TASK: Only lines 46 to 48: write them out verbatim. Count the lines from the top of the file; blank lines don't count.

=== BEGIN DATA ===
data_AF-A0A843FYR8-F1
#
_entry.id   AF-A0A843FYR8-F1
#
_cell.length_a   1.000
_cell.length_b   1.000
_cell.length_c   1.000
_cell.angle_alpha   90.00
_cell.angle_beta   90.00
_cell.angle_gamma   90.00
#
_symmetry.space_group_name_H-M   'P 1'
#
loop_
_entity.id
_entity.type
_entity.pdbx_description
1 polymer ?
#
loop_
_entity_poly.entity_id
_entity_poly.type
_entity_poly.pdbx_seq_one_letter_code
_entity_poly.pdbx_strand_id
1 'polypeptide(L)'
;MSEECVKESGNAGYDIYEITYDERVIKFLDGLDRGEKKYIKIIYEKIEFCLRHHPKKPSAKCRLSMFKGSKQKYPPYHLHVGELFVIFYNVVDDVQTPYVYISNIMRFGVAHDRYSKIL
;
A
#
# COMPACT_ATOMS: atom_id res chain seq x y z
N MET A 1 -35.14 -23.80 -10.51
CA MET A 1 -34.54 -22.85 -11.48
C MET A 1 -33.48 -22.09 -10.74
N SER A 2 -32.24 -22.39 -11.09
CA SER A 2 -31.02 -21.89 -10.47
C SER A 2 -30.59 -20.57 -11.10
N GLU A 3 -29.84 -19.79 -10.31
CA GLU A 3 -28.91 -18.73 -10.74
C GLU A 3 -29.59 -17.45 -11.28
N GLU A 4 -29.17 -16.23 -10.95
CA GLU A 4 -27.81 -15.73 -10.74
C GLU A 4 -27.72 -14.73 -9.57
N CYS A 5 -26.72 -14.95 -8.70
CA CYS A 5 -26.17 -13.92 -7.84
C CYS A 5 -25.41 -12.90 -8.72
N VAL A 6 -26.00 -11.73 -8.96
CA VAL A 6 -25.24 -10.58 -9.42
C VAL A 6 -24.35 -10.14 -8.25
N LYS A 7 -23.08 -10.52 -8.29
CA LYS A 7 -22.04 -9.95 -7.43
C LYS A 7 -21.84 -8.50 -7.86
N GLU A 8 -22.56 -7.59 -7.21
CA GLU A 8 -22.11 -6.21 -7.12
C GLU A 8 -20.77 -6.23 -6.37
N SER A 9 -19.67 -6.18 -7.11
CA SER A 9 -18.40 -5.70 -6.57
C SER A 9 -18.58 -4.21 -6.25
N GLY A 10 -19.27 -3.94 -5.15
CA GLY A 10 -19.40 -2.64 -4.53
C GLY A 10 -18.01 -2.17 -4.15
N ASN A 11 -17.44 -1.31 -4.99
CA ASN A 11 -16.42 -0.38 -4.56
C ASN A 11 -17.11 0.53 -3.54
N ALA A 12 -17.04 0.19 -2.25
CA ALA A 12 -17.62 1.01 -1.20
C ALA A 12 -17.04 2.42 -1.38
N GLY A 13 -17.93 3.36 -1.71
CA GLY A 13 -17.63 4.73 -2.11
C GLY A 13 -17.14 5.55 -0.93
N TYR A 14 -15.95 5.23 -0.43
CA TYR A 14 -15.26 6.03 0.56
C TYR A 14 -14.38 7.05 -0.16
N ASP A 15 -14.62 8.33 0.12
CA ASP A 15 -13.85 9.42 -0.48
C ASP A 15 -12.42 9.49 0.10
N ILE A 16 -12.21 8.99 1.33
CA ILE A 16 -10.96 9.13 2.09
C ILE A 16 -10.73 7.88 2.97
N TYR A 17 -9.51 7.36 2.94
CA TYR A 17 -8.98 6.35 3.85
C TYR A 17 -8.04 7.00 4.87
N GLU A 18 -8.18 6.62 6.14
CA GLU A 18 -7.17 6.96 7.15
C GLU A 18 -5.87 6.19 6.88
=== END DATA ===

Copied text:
N VAL A 6 -26.00 -11.73 -8.96
CA VAL A 6 -25.24 -10.58 -9.42
C VAL A 6 -24.35 -10.14 -8.25